Even if 100% of the donations went into researching the causes of ALS and finding a much needed cure, the reality is that the already $99 million dollars the ALS Association claims it has committed to "find effective treatments and a cure" has gone mostly to pharmaceutical interventions – interventions that require multi-million dollar investments in human clinical studies (requiring close to a billion dollars be spent up front to fund these patented chemicals and biological), are almost entirely patented, explicitly for-profit medicines, and which can not provide help to those who are suffering from ALS, right here, right now.

Even more concerning is that there is a huge body of research published in peer-reviewed journals that indicates that there are over 60 natural substances that can be used right now to alleviate suffering from the condition.  Our ALS research page is teeming with highly compelling studies that show natural interventions – from simple dietary intervention to cost-effective and safe nutritional supplementation – can be used right now to help those in need.

You can view the entire database on our free-to-access natural ALS interventions page, which covers not only 60+ natural substances with proven utility, but problem substances – chemicals and drugs – and therapeutic actions – from yoga to deep breathing – that can provide patients of ALS immediate tools and strategies to take back control of their health immediately.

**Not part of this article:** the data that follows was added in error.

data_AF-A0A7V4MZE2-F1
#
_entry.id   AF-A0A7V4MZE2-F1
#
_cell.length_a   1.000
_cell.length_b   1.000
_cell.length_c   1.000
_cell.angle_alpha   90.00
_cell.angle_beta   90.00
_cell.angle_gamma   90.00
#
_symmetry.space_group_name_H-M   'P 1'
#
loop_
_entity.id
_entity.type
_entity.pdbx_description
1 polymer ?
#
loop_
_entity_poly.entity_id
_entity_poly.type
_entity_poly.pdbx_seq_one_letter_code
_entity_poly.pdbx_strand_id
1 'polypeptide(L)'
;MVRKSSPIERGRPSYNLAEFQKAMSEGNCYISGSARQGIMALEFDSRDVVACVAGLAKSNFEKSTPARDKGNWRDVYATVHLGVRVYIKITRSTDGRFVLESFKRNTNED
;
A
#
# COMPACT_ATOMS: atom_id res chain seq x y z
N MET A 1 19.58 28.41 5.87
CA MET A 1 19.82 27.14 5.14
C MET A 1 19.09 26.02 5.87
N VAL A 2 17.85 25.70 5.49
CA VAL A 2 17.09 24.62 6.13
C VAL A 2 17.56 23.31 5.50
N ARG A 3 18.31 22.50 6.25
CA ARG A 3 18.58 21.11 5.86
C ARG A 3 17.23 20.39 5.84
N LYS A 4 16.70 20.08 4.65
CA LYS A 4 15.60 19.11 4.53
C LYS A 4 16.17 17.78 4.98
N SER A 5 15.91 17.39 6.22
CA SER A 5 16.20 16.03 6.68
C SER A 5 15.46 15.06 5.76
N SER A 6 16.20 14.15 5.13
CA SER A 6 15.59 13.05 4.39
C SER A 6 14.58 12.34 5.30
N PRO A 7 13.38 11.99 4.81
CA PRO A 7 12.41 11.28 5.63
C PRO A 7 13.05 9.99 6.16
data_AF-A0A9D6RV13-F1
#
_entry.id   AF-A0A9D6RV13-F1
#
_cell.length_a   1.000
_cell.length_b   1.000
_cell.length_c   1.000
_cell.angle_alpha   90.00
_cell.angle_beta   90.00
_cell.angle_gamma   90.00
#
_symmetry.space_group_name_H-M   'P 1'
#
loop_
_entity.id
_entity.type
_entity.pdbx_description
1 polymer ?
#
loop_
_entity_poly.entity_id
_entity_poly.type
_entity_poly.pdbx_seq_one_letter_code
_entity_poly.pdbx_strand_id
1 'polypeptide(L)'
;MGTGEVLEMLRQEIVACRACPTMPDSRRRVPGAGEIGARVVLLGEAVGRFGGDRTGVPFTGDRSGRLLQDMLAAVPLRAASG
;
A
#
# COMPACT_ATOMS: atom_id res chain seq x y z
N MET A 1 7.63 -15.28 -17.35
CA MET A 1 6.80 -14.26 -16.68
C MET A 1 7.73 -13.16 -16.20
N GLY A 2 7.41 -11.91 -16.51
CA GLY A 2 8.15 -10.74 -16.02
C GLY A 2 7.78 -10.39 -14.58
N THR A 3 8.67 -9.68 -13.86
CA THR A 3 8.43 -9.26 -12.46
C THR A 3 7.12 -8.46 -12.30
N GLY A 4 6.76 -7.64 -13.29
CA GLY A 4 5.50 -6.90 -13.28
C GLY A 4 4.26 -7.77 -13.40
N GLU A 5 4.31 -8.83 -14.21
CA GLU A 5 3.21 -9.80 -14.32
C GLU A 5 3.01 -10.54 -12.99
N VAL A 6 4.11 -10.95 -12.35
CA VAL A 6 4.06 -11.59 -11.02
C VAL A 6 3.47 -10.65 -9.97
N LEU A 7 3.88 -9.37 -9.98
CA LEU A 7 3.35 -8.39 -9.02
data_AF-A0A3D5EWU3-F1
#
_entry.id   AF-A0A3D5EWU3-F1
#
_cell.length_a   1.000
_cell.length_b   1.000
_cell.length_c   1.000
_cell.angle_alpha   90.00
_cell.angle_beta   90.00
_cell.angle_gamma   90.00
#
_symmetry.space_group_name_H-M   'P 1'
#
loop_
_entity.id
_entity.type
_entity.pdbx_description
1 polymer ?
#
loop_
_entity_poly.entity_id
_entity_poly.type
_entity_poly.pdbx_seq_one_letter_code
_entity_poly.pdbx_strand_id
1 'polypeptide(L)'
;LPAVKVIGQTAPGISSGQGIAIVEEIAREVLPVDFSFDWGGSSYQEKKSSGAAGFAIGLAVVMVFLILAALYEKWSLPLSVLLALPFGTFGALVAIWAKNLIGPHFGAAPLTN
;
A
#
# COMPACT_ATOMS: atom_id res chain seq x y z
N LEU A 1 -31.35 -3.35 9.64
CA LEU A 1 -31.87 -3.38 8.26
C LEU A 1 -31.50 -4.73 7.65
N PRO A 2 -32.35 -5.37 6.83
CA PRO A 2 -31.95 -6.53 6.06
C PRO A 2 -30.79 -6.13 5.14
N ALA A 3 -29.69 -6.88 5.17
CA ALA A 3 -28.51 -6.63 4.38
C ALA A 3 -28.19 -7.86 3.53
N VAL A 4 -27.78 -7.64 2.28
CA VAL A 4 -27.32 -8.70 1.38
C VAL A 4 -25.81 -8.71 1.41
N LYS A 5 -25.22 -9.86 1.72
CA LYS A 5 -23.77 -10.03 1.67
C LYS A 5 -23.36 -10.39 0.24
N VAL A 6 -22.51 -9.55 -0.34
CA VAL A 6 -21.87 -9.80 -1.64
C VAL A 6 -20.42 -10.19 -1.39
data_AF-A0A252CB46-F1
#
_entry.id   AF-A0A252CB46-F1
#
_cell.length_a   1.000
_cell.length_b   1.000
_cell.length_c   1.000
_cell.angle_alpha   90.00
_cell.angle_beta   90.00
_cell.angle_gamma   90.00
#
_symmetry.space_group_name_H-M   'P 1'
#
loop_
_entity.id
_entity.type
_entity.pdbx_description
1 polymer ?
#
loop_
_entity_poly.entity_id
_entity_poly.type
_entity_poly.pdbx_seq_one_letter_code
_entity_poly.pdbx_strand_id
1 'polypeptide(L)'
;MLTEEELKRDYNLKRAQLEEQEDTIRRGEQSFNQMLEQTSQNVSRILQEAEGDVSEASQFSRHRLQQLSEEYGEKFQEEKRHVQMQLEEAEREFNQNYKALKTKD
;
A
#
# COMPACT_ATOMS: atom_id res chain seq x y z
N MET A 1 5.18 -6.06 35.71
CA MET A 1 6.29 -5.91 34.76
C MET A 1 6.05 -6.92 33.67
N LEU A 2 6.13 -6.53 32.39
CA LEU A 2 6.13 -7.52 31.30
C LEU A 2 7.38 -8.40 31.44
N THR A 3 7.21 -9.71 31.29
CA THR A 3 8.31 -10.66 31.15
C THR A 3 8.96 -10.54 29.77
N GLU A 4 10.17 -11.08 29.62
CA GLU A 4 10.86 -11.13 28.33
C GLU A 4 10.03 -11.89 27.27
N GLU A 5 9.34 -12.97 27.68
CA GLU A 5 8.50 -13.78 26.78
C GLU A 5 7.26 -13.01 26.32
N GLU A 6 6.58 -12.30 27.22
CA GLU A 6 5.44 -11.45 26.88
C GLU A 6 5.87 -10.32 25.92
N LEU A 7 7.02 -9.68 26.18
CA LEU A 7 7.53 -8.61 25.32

Let's zoom in to some of these compelling studies so you can see how clearly the ALS foundation's fund-raising efforts are out of sync with the already well-known natural interventions available today:

  • Vitamin E: "CONCLUSION: A high intake of PUFAs [polyunsaturated fatty acids] and vitamin E is associated with a 50-60% decreased risk of developing ALS, and these nutrients appear to act synergistically."
  • Smoking Cessation: "After adjusting for age, sex, region and education, ever having smoked cigarettes was associated with an increase in risk for ALS [70% increased risk]."
  • Reducing Lead Exposure: "ALS was also associated with blood and bone lead levels, with a 1.9-fold increase in risk for each mug/dl increment in blood lead and a 2.3- to 3.6-fold increase for each doubling of bone lead."
  • Vitamin B12 (methylcobalamin): "To develop a symptomatic treatment for amyotrophic lateral sclerosis, we compared the effects of ultrahigh-dose and low-dose (25 and 0.5 mg/day, intramuscularly, for 14 days) methylcobalamin on averaged compound muscle action potential amplitudes (CMAPs) in a double-blind trial. No significant changes in CMAP amplitude were found in 12 patients who had the low-dose treatment at either 2 or 4 weeks after start of treatment. By contrast, 12 patients assigned to the ultrahigh-dose group demonstrated a significant increase at 4 weeks. This method may provide a clinically useful measure to improve or retard muscle wasting, if a larger extended trial fulfills its promise."

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Disclaimer: This article is not intended to provide medical advice, diagnosis or treatment. Views expressed here do not necessarily reflect those of GreenMedInfo or its staff.